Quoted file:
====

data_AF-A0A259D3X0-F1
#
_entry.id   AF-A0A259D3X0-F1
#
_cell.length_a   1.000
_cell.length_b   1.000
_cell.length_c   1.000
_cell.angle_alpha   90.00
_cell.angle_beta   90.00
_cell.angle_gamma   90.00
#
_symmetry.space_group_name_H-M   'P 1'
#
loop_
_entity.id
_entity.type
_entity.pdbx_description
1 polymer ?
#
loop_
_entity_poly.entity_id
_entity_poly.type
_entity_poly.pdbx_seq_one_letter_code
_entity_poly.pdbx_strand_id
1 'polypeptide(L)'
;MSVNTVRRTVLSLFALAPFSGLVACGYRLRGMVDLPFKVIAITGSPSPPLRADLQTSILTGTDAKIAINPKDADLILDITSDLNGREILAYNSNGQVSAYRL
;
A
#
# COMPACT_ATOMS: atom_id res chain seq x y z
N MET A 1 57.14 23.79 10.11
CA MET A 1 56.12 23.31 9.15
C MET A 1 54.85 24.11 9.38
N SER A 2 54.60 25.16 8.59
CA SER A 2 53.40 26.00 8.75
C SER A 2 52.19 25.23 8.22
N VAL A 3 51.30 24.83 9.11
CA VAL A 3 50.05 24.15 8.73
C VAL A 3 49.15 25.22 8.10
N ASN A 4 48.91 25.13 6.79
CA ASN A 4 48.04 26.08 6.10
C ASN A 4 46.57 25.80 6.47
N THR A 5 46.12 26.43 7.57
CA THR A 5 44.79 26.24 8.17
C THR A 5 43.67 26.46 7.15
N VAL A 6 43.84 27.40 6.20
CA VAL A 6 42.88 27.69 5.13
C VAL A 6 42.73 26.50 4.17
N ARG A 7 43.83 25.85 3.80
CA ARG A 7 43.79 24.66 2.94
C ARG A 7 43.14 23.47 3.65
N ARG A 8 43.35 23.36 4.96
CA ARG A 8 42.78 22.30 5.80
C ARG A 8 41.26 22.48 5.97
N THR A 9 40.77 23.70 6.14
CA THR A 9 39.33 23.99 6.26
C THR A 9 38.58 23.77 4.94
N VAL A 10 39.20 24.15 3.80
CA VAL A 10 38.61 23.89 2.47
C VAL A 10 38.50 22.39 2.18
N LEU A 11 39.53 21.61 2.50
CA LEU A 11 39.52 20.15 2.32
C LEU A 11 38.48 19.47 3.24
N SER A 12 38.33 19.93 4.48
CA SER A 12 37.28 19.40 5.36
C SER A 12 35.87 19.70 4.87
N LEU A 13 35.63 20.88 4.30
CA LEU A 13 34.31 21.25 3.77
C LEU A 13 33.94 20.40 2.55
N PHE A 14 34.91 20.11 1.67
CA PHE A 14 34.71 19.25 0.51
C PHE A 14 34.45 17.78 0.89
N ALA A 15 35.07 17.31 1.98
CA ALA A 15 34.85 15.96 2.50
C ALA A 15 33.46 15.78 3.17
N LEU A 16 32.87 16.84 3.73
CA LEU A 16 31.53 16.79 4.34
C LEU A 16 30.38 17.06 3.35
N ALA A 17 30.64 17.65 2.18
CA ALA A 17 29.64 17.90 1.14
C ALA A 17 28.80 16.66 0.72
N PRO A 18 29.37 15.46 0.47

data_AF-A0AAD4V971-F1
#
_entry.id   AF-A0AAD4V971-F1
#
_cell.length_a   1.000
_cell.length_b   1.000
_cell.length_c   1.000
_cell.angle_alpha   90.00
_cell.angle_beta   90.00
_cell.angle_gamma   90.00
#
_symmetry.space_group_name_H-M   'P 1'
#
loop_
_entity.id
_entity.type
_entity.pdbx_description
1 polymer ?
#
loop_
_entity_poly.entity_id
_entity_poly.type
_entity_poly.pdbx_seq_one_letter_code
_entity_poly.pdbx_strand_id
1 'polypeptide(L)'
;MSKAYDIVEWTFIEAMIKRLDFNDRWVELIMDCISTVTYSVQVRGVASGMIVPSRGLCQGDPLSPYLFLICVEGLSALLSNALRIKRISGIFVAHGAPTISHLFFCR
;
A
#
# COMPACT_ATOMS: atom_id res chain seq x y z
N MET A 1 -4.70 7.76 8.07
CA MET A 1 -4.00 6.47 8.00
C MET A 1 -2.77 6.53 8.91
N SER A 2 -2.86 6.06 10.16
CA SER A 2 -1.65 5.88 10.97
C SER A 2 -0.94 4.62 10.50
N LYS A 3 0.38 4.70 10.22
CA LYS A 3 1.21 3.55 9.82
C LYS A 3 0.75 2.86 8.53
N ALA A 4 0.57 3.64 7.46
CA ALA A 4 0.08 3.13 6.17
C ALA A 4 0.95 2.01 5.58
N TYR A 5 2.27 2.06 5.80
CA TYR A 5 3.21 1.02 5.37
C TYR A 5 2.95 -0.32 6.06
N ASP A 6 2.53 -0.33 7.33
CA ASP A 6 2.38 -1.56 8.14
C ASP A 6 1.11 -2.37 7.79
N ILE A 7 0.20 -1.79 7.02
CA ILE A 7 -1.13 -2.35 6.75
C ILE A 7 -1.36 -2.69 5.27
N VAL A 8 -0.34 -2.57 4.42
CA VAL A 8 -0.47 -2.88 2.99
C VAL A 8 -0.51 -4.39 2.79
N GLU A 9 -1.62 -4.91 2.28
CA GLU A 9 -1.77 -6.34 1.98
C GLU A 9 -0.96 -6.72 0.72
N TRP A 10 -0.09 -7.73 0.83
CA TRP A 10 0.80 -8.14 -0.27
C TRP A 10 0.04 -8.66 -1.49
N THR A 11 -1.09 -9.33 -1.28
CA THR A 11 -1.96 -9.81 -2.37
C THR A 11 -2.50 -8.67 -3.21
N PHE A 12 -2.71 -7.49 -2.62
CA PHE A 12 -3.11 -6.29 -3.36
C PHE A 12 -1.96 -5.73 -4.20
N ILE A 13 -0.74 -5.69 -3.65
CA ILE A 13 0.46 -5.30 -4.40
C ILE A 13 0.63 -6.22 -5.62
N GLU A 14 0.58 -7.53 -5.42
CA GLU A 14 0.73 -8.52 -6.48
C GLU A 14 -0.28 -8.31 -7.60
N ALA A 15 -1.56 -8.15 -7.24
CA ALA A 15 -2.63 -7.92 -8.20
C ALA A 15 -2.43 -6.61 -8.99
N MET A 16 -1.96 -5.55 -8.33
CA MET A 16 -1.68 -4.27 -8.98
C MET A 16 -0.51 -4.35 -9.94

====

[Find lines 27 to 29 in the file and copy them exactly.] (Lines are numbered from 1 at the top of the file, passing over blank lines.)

;
A
#